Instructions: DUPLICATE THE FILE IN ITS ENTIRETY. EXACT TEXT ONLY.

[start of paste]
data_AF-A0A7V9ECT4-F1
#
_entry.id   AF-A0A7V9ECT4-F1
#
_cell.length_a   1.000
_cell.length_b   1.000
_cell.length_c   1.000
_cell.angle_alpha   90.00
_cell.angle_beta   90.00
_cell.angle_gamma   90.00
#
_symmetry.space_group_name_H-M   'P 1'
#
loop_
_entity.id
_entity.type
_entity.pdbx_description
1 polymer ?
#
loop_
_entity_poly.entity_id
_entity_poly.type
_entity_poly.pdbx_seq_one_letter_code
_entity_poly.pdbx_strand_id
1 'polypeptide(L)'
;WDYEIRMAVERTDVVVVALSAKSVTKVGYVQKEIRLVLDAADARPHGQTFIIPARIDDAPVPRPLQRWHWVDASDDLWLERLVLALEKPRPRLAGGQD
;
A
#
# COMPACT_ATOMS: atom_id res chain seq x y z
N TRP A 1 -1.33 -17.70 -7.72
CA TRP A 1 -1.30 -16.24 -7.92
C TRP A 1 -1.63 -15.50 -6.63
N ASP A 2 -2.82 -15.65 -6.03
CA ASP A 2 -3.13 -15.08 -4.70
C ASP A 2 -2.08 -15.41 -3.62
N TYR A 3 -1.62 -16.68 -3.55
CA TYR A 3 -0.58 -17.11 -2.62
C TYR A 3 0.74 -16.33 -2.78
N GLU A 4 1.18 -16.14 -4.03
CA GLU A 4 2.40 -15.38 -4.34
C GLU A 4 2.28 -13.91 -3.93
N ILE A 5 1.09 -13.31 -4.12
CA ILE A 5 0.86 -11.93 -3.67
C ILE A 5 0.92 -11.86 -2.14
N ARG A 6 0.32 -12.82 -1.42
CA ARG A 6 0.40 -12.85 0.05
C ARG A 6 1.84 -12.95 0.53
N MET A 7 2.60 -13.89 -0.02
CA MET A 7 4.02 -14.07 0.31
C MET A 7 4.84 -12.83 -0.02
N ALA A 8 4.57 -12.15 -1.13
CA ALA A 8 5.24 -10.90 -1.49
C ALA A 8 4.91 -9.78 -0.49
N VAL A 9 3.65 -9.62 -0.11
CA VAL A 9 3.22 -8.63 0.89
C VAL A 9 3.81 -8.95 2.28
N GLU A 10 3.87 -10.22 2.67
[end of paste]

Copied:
data_AF-A0A7V9ECT4-F1
#
_entry.id   AF-A0A7V9ECT4-F1
#
_cell.length_a   1.000
_cell.length_b   1.000
_cell.length_c   1.000
_cell.angle_alpha   90.00
_cell.angle_beta   90.00
_cell.angle_gamma   90.00
#
_symmetry.space_group_name_H-M   'P 1'
#
loop_
_entity.id
_entity.type
_entity.pdbx_description
1 polymer ?
#
loop_
_entity_poly.entity_id
_entity_poly.type
_entity_poly.pdbx_seq_one_letter_code
_entity_poly.pdbx_strand_id
1 'polypeptide(L)'
;WDYEIRMAVERTDVVVVALSAKSVTKVGYVQKEIRLVLDAADARPHGQTFIIPARIDDAPVPRPLQRWHWVDASDDLWLERLVLALEKPRPRLAGGQD
;
A
#
# COMPACT_ATOMS: atom_id res chain seq x y z
N TRP A 1 -1.33 -17.70 -7.72
CA TRP A 1 -1.30 -16.24 -7.92
C TRP A 1 -1.63 -15.50 -6.63
N ASP A 2 -2.82 -15.65 -6.03
CA ASP A 2 -3.13 -15.08 -4.70
C ASP A 2 -2.08 -15.41 -3.62
N TYR A 3 -1.62 -16.68 -3.55
CA TYR A 3 -0.58 -17.11 -2.62
C TYR A 3 0.74 -16.33 -2.78
N GLU A 4 1.18 -16.14 -4.03
CA GLU A 4 2.40 -15.38 -4.34
C GLU A 4 2.28 -13.91 -3.93
N ILE A 5 1.09 -13.31 -4.12
CA ILE A 5 0.86 -11.93 -3.67
C ILE A 5 0.92 -11.86 -2.14
N ARG A 6 0.32 -12.82 -1.42
CA ARG A 6 0.40 -12.85 0.05
C ARG A 6 1.84 -12.95 0.53
N MET A 7 2.60 -13.89 -0.02
CA MET A 7 4.02 -14.07 0.31
C MET A 7 4.84 -12.83 -0.02
N ALA A 8 4.57 -12.15 -1.13
CA ALA A 8 5.24 -10.90 -1.49
C ALA A 8 4.91 -9.78 -0.49
N VAL A 9 3.65 -9.62 -0.11
CA VAL A 9 3.22 -8.63 0.89
C VAL A 9 3.81 -8.95 2.28
N GLU A 10 3.87 -10.22 2.67